Review: White supremacy, pencils and Dresden dolls

Review: White supremacy, pencils and Dresden dolls

Emerson Malone, Associate Editor

The first artwork that snags your interest at the Student Art Exhibition is a road map of Arizona pinned to the wall with this legend in bold, green lettering:

“WHITE SUPREMACY CAN BE SUBTLE.”

The words stretch from the Northern Colorado River to south of Phoenix. Oliver Murray’s untitled silkscreen is a wry commentary on racial profiling as a measure to isolate illegal immigrants. Your move, Governor Jan Brewer.

Of 136 student art pieces, 70 of the best were chosen by UCSB art department chair Jane Mulfinger for exhibition in the Atkinson Gallery.

The gallery presents a number of interesting works, sometimes endearing and unconventional, such as Ben Eckert’s bronze trophy of major humiliation: sitting on top of a wooden pedestal is a man falling and hitting the ground face first.

Evelyn Contreas created “Portrait of a Student,” which vaguely resembles a face from certain angles. Her medium: an inordinate number of pencils crudely sharpened and pointed in the same uniform angle from every failing midterm.

Emy Fargey-Williams carefully crafted a 13-piece ceramic sushi set with a smoke-gray glaze called “Sushi Party.” Other ceramic pieces included two vases by Maria Mocksus. “Gravitational Rings” has a round, lopsided top. It gradually gets smaller with grooves that flow down to its black base.

Amber Silva created “Baby Goddess” from found objects and spray paint. A crying baby doll sits on a gallery podium. It has six arms emerging from its torso and three faces. This is what happens when a Dresden doll is immersed in toxic waste.

Two pieces of art imitate clothing that would be uncomfortable garments: Chaoyi Macpherson created a corset fashioned from twisted copper wire. Across the wall hangs a jacket made from a wired fence, complete with buttons and cuff links.

A series of small photographs from Kathi Scarminach won the Juror’s Award. The photos have a high contrast (both in composition and context.) The set of photos begins with a shot of a mouth with sporadic teeth pegged in, and ends with a close-up on a lobotomized doll’s face. Scarminach created this story in seven starkly different photos called “santeria.cuba.ismael.”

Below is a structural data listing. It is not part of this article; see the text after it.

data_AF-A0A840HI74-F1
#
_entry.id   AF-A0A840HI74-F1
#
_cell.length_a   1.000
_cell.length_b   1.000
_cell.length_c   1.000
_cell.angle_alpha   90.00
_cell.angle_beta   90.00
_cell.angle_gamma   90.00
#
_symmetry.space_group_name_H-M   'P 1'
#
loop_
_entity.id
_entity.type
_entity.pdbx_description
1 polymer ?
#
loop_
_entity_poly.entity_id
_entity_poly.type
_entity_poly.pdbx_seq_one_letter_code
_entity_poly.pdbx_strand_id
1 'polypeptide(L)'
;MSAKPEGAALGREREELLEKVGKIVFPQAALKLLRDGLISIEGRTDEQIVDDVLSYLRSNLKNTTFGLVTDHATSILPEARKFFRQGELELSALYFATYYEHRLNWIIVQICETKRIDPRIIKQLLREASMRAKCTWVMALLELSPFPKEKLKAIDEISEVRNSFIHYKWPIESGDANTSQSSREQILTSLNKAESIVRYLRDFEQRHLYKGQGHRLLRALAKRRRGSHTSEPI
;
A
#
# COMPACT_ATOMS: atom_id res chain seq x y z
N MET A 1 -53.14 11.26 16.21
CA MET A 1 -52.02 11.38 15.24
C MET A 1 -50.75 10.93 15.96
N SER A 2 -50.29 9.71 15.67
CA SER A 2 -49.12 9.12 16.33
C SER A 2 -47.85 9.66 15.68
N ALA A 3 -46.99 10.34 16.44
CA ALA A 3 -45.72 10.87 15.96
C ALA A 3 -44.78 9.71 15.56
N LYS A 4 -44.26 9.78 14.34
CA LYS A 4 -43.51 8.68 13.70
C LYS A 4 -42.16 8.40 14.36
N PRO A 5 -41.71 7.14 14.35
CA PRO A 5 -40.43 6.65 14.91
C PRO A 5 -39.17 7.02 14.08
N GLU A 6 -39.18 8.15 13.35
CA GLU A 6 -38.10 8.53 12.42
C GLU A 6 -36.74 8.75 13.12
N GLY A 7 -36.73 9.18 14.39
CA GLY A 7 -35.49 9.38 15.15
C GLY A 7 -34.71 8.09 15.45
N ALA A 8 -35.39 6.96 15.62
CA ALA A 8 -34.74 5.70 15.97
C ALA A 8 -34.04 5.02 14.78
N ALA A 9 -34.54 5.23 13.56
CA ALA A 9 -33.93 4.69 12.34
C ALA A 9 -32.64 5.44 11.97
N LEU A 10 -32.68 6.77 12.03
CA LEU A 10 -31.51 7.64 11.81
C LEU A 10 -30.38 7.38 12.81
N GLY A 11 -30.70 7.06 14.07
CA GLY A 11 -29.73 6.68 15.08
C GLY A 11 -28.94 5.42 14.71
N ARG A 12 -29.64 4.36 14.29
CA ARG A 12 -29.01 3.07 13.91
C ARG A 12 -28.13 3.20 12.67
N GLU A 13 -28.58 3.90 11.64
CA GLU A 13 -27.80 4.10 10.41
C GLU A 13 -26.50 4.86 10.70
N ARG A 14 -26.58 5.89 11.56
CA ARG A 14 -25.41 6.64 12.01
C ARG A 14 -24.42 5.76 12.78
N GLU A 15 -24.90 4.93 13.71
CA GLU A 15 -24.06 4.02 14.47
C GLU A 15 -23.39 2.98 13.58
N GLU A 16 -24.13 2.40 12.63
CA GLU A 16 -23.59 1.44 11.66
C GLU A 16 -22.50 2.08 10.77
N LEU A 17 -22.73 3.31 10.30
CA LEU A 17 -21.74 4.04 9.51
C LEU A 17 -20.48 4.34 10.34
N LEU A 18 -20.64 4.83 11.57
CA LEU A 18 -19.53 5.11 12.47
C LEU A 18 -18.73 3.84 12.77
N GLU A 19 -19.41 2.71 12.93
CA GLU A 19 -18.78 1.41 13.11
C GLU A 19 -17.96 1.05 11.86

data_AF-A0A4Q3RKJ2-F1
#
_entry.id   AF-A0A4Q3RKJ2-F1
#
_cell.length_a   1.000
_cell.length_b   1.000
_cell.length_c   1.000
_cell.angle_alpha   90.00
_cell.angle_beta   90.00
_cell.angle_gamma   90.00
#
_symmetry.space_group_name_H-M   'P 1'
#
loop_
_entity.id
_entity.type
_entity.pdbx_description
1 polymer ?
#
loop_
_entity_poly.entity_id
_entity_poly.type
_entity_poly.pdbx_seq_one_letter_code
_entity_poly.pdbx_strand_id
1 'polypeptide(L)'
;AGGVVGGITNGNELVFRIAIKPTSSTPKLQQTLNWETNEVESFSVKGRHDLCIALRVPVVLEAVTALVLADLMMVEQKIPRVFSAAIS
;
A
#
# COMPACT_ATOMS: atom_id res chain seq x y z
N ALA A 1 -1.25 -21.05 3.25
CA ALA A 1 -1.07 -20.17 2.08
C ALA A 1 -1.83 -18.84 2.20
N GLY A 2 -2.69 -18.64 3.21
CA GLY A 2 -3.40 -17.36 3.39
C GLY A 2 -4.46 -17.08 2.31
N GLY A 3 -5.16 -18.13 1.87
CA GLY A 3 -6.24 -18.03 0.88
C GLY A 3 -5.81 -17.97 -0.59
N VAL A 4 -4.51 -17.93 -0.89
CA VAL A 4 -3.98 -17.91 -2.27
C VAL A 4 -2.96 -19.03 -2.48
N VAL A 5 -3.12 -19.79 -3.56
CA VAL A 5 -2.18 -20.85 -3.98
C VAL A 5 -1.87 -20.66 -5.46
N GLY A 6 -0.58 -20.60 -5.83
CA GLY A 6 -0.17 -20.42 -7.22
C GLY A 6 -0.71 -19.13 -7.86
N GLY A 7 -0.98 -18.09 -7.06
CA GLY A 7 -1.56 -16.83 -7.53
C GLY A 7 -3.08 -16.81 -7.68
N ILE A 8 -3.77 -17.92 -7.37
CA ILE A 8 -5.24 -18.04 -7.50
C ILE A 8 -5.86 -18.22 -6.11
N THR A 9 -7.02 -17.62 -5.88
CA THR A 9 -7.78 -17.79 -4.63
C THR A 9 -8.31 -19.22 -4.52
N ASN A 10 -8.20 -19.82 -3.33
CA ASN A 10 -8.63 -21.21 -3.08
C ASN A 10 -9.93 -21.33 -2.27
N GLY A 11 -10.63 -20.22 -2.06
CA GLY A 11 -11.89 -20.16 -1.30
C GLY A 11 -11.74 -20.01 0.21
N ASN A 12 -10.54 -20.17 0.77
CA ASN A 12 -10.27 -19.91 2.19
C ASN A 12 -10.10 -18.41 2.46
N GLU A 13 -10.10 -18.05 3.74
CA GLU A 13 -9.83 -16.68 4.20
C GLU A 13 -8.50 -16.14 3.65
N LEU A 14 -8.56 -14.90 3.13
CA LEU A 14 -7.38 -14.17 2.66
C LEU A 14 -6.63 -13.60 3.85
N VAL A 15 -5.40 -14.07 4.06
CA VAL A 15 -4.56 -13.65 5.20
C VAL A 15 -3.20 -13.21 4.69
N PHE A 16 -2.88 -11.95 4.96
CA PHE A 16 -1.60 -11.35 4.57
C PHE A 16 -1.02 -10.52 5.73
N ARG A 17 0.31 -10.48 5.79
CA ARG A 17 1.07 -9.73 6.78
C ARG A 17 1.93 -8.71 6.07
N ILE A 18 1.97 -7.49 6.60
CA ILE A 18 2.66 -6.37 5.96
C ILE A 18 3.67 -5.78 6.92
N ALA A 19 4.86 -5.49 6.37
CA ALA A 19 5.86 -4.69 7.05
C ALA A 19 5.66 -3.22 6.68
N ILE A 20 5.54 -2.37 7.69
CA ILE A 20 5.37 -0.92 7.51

Easily one of the best two-dimensional pieces in the gallery is “In Limbo #2” by Egor Sapov. Sapov drew how it feels to be idly stationed in the waiting room of limbo. Two monsters with eyes with opaque cataracts stare at you and play a keyboard while a cube-shaped television plays white noise and static. Limbo does not get great cable reception.

Emilia Dattilo’s “Shadow’s Existence” is a project of silkscreened and cut paper hands collage together in a wreath on the wall. Each hand projects a shadow puppet on the wall behind it.

Below this is Oliver Murray’s super profound “Spark,” the gallery’s only video piece. A TV plays a brief one minute and fifteen second video of snap cuts, including close-ups of eyes blinking, a lighter flicking, two pairs of lips meeting, and a fist squeezing a foam heart. This probably goes to prove something, from the same artist who silkscreened the map of Arizona, but I just don’t know what.

There you have it, a few of the best of the hand-selected pieces of this year’s exhibition, from the understated to the majorly bizarre.

The Student Art Exhibition is being displayed through May 17 in the Atkinson Gallery on West Campus. Many, but not all, of these pieces are for sale.